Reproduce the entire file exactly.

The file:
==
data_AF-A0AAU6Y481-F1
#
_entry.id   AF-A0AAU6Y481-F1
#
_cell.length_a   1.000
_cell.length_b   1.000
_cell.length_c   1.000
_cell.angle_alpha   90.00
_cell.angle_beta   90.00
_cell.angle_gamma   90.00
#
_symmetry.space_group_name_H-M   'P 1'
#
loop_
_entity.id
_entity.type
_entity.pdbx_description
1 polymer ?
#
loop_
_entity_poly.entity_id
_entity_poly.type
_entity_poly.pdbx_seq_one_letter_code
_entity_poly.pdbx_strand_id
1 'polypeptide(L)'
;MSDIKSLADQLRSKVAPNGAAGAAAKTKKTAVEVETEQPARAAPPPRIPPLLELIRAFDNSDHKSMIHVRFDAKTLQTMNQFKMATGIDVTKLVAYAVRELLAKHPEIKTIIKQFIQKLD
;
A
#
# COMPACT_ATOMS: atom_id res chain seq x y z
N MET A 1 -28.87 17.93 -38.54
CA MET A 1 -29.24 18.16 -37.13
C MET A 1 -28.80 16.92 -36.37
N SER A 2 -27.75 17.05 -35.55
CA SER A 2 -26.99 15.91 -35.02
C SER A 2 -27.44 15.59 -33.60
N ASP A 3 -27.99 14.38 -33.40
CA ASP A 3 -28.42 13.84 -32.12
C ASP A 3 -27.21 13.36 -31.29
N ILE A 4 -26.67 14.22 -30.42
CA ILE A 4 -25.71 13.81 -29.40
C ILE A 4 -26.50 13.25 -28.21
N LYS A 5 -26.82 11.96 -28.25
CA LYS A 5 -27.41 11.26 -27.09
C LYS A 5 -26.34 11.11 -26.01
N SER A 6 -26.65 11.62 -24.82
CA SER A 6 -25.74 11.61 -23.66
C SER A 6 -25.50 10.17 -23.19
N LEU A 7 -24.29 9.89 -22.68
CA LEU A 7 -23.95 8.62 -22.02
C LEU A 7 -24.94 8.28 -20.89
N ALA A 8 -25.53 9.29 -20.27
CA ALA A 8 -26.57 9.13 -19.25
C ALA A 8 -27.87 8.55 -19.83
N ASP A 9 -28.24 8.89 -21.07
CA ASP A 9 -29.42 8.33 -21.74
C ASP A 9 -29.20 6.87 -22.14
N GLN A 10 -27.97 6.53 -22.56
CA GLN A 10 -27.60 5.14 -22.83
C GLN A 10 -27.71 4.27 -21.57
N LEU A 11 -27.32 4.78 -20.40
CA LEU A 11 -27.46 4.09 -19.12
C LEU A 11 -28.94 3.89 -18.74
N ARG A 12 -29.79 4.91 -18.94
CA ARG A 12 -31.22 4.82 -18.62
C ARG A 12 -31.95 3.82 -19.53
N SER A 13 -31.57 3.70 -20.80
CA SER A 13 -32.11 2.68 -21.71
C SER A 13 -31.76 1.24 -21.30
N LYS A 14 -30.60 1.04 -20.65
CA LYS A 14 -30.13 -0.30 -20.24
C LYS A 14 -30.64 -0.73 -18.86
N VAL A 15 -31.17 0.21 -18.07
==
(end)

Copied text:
data_AF-A0AAU6Y481-F1
#
_entry.id   AF-A0AAU6Y481-F1
#
_cell.length_a   1.000
_cell.length_b   1.000
_cell.length_c   1.000
_cell.angle_alpha   90.00
_cell.angle_beta   90.00
_cell.angle_gamma   90.00
#
_symmetry.space_group_name_H-M   'P 1'
#
loop_
_entity.id
_entity.type
_entity.pdbx_description
1 polymer ?
#
loop_
_entity_poly.entity_id
_entity_poly.type
_entity_poly.pdbx_seq_one_letter_code
_entity_poly.pdbx_strand_id
1 'polypeptide(L)'
;MSDIKSLADQLRSKVAPNGAAGAAAKTKKTAVEVETEQPARAAPPPRIPPLLELIRAFDNSDHKSMIHVRFDAKTLQTMNQFKMATGIDVTKLVAYAVRELLAKHPEIKTIIKQFIQKLD
;
A
#
# COMPACT_ATOMS: atom_id res chain seq x y z
N MET A 1 -28.87 17.93 -38.54
CA MET A 1 -29.24 18.16 -37.13
C MET A 1 -28.80 16.92 -36.37
N SER A 2 -27.75 17.05 -35.55
CA SER A 2 -26.99 15.91 -35.02
C SER A 2 -27.44 15.59 -33.60
N ASP A 3 -27.99 14.38 -33.40
CA ASP A 3 -28.42 13.84 -32.12
C ASP A 3 -27.21 13.36 -31.29
N ILE A 4 -26.67 14.22 -30.42
CA ILE A 4 -25.71 13.81 -29.40
C ILE A 4 -26.50 13.25 -28.21
N LYS A 5 -26.82 11.96 -28.25
CA LYS A 5 -27.41 11.26 -27.09
C LYS A 5 -26.34 11.11 -26.01
N SER A 6 -26.65 11.62 -24.82
CA SER A 6 -25.74 11.61 -23.66
C SER A 6 -25.50 10.17 -23.19
N LEU A 7 -24.29 9.89 -22.68
CA LEU A 7 -23.95 8.62 -22.02
C LEU A 7 -24.94 8.28 -20.89
N ALA A 8 -25.53 9.29 -20.27
CA ALA A 8 -26.57 9.13 -19.25
C ALA A 8 -27.87 8.55 -19.83
N ASP A 9 -28.24 8.89 -21.07
CA ASP A 9 -29.42 8.33 -21.74
C ASP A 9 -29.20 6.87 -22.14
N GLN A 10 -27.97 6.53 -22.56
CA GLN A 10 -27.60 5.14 -22.83
C GLN A 10 -27.71 4.27 -21.57
N LEU A 11 -27.32 4.78 -20.40
CA LEU A 11 -27.46 4.09 -19.12
C LEU A 11 -28.94 3.89 -18.74
N ARG A 12 -29.79 4.91 -18.94
CA ARG A 12 -31.22 4.82 -18.62
C ARG A 12 -31.95 3.82 -19.53
N SER A 13 -31.57 3.70 -20.80
CA SER A 13 -32.11 2.68 -21.71
C SER A 13 -31.76 1.24 -21.30
N LYS A 14 -30.60 1.04 -20.65
CA LYS A 14 -30.13 -0.30 -20.24
C LYS A 14 -30.64 -0.73 -18.86
N VAL A 15 -31.17 0.21 -18.07